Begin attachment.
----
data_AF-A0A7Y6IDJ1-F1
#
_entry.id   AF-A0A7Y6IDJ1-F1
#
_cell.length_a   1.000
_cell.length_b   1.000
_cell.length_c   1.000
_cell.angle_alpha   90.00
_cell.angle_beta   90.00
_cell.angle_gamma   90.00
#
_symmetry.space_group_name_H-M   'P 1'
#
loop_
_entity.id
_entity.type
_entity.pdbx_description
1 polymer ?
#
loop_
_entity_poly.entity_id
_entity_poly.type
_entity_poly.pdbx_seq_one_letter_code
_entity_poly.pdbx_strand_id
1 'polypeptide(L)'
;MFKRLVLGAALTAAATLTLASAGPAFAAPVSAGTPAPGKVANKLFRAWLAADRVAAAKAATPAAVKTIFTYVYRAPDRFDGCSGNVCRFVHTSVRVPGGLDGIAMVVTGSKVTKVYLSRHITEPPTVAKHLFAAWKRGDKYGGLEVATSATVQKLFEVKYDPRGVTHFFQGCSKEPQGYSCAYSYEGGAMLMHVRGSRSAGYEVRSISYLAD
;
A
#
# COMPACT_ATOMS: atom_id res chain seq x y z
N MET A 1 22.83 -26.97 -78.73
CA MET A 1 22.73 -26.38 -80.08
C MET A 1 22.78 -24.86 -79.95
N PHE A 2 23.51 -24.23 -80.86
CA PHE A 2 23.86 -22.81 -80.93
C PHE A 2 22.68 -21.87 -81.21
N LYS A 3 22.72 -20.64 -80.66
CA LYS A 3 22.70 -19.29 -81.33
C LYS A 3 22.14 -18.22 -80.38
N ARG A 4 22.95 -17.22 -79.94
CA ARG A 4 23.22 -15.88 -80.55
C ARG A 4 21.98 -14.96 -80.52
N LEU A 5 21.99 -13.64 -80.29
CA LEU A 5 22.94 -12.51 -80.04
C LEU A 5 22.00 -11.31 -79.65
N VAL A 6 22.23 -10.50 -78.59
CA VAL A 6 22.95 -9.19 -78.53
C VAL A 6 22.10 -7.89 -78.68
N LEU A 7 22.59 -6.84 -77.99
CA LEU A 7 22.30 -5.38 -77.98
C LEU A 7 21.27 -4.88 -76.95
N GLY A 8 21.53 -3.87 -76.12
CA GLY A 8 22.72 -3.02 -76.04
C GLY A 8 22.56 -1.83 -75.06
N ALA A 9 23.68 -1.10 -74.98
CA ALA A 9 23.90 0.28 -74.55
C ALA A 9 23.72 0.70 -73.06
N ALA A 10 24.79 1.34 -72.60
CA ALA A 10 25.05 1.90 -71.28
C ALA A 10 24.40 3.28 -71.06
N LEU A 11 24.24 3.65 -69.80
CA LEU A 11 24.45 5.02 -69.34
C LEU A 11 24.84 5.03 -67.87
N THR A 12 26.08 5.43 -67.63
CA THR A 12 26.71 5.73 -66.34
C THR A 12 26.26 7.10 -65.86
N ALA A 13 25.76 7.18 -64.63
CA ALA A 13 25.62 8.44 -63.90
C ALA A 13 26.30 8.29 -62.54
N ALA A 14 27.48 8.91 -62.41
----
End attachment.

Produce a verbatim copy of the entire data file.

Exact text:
data_AF-A0A7Y6IDJ1-F1
#
_entry.id   AF-A0A7Y6IDJ1-F1
#
_cell.length_a   1.000
_cell.length_b   1.000
_cell.length_c   1.000
_cell.angle_alpha   90.00
_cell.angle_beta   90.00
_cell.angle_gamma   90.00
#
_symmetry.space_group_name_H-M   'P 1'
#
loop_
_entity.id
_entity.type
_entity.pdbx_description
1 polymer ?
#
loop_
_entity_poly.entity_id
_entity_poly.type
_entity_poly.pdbx_seq_one_letter_code
_entity_poly.pdbx_strand_id
1 'polypeptide(L)'
;MFKRLVLGAALTAAATLTLASAGPAFAAPVSAGTPAPGKVANKLFRAWLAADRVAAAKAATPAAVKTIFTYVYRAPDRFDGCSGNVCRFVHTSVRVPGGLDGIAMVVTGSKVTKVYLSRHITEPPTVAKHLFAAWKRGDKYGGLEVATSATVQKLFEVKYDPRGVTHFFQGCSKEPQGYSCAYSYEGGAMLMHVRGSRSAGYEVRSISYLAD
;
A
#
# COMPACT_ATOMS: atom_id res chain seq x y z
N MET A 1 22.83 -26.97 -78.73
CA MET A 1 22.73 -26.38 -80.08
C MET A 1 22.78 -24.86 -79.95
N PHE A 2 23.51 -24.23 -80.86
CA PHE A 2 23.86 -22.81 -80.93
C PHE A 2 22.68 -21.87 -81.21
N LYS A 3 22.72 -20.64 -80.66
CA LYS A 3 22.70 -19.29 -81.33
C LYS A 3 22.14 -18.22 -80.38
N ARG A 4 22.95 -17.22 -79.94
CA ARG A 4 23.22 -15.88 -80.55
C ARG A 4 21.98 -14.96 -80.52
N LEU A 5 21.99 -13.64 -80.29
CA LEU A 5 22.94 -12.51 -80.04
C LEU A 5 22.00 -11.31 -79.65
N VAL A 6 22.23 -10.50 -78.59
CA VAL A 6 22.95 -9.19 -78.53
C VAL A 6 22.10 -7.89 -78.68
N LEU A 7 22.59 -6.84 -77.99
CA LEU A 7 22.30 -5.38 -77.98
C LEU A 7 21.27 -4.88 -76.95
N GLY A 8 21.53 -3.87 -76.12
CA GLY A 8 22.72 -3.02 -76.04
C GLY A 8 22.56 -1.83 -75.06
N ALA A 9 23.68 -1.10 -74.98
CA ALA A 9 23.90 0.28 -74.55
C ALA A 9 23.72 0.70 -73.06
N ALA A 10 24.79 1.34 -72.60
CA ALA A 10 25.05 1.90 -71.28
C ALA A 10 24.40 3.28 -71.06
N LEU A 11 24.24 3.65 -69.80
CA LEU A 11 24.45 5.02 -69.34
C LEU A 11 24.84 5.03 -67.87
N THR A 12 26.08 5.43 -67.63
CA THR A 12 26.71 5.73 -66.34
C THR A 12 26.26 7.10 -65.86
N ALA A 13 25.76 7.18 -64.63
CA ALA A 13 25.62 8.44 -63.90
C ALA A 13 26.30 8.29 -62.54
N ALA A 14 27.48 8.91 -62.41